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KABUL, Afghanistan, Aug 26, (AP): At least 12 U.S. service members were killed in the Afghanistan bombings, including 11 Marines and one Navy medic, according to two U.S. officials. Officials say a number of US military troops were wounded. They warn, however, that the numbers may grow. Two suicide bombers and gunmen attacked crowds of Afghans flocking to Kabul’s airport Thursday, transforming a scene of desperation into one of horror in the waning days of an airlift for those fleeing the Taliban takeover. At least 13 people were killed and dozens wounded, Russian officials and aid workers said. Several Marines were killed and a number of other American military were wounded, a U.S. official said.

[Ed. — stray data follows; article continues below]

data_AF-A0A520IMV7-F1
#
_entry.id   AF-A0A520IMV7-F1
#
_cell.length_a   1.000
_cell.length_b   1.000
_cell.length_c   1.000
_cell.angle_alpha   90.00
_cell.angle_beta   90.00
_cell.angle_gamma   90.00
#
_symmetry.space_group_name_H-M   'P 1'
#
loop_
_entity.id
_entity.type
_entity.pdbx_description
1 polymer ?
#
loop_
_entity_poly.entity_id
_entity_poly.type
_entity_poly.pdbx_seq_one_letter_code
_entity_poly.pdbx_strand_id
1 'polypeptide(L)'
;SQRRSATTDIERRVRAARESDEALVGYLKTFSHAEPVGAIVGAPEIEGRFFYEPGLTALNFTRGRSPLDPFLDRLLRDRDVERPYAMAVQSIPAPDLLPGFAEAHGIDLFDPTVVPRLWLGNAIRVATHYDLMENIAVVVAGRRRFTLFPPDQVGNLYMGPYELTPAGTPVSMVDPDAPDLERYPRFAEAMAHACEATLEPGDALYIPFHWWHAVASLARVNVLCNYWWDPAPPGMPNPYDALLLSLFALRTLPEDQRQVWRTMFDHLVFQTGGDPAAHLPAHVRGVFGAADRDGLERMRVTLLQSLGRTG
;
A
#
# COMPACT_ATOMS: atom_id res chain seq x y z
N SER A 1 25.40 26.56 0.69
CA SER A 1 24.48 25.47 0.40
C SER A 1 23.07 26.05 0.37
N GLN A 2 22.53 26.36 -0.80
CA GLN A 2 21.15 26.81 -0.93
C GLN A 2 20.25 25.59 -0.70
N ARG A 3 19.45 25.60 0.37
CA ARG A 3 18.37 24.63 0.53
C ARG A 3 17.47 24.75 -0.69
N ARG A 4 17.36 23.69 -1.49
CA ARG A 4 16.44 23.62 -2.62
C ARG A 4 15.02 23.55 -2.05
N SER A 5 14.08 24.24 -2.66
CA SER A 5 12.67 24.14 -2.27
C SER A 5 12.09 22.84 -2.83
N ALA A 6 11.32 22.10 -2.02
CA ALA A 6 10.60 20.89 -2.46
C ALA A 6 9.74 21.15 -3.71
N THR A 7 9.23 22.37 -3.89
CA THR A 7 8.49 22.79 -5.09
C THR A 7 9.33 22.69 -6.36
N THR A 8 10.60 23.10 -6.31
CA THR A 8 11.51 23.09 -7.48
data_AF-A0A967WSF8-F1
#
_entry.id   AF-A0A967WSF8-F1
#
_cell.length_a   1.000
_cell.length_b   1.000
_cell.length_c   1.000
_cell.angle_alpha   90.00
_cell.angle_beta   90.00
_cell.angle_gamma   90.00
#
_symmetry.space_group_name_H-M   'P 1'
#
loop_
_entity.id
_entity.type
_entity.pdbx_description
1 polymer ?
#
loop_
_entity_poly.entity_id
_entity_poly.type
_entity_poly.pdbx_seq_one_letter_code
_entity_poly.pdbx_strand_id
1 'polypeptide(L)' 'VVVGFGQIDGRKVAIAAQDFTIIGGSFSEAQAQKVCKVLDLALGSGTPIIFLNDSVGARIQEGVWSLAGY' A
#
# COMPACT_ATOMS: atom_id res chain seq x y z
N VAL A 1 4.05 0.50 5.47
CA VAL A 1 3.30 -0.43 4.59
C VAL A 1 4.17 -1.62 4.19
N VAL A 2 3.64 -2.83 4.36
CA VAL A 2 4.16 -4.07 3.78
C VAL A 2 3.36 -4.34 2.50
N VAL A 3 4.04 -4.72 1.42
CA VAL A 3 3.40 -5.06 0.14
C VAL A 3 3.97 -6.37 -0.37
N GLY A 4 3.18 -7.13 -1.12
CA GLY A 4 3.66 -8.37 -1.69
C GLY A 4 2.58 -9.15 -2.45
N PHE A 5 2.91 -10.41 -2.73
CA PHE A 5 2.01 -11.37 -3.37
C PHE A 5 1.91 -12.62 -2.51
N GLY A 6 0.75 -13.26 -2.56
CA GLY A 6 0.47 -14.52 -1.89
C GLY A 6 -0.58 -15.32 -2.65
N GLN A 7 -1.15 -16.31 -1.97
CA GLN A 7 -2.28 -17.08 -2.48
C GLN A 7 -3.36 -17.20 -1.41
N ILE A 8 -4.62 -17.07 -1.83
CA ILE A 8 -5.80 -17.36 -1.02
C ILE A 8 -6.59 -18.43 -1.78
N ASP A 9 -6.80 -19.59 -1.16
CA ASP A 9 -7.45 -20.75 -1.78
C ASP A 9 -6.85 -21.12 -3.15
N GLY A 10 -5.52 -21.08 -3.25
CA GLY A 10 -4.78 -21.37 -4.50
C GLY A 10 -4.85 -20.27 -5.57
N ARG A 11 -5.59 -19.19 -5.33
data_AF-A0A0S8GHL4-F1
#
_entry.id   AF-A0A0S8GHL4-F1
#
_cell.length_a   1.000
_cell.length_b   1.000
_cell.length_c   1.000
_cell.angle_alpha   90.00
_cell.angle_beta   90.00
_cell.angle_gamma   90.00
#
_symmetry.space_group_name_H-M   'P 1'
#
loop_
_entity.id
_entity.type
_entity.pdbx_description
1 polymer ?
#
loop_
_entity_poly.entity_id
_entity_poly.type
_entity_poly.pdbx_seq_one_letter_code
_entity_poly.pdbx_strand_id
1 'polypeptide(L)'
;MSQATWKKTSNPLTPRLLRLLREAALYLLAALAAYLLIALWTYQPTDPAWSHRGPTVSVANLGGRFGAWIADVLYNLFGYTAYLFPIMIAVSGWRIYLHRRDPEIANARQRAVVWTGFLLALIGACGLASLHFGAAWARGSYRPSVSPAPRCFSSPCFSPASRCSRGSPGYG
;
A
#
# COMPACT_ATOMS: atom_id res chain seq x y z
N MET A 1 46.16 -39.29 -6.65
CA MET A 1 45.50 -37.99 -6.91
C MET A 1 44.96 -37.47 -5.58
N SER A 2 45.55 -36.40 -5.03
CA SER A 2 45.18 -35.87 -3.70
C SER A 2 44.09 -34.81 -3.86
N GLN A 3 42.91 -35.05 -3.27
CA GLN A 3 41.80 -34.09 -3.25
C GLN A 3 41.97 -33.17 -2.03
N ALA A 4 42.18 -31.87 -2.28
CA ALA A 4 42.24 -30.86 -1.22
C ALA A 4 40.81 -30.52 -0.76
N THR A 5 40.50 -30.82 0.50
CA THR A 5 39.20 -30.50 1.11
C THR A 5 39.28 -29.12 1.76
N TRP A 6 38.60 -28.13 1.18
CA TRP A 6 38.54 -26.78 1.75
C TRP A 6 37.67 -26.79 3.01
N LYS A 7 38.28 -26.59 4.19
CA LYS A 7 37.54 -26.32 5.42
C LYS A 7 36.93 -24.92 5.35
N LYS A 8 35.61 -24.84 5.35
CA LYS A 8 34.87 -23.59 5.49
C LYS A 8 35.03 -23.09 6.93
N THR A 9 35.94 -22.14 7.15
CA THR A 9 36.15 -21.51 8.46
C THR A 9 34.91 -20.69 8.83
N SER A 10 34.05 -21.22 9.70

It was not clear if those deaths were included in the Russian toll. One of the bombers struck people standing knee-deep in a wastewater canal under the sweltering sun, throwing bodies into the fetid water. Those who moments earlier had hoped to get on flights out could be seen carrying the wounded to ambulances in a daze, their own clothes darkened with blood. A second U.S. official said the complex attack was believed to have been carried out by the Islamic State group. The IS affiliate in Afghanistan is far more radical than the Taliban, who recently took control of the country in a lightning blitz and condemned the attack. Western officials had warned of a major attack, urging people to leave the airport, but that advice went largely unheeded by Afghans desperate to escape the country in the last few days of an American-led evacuation before the U.S. officially ends its 20-year presence on Aug. 31.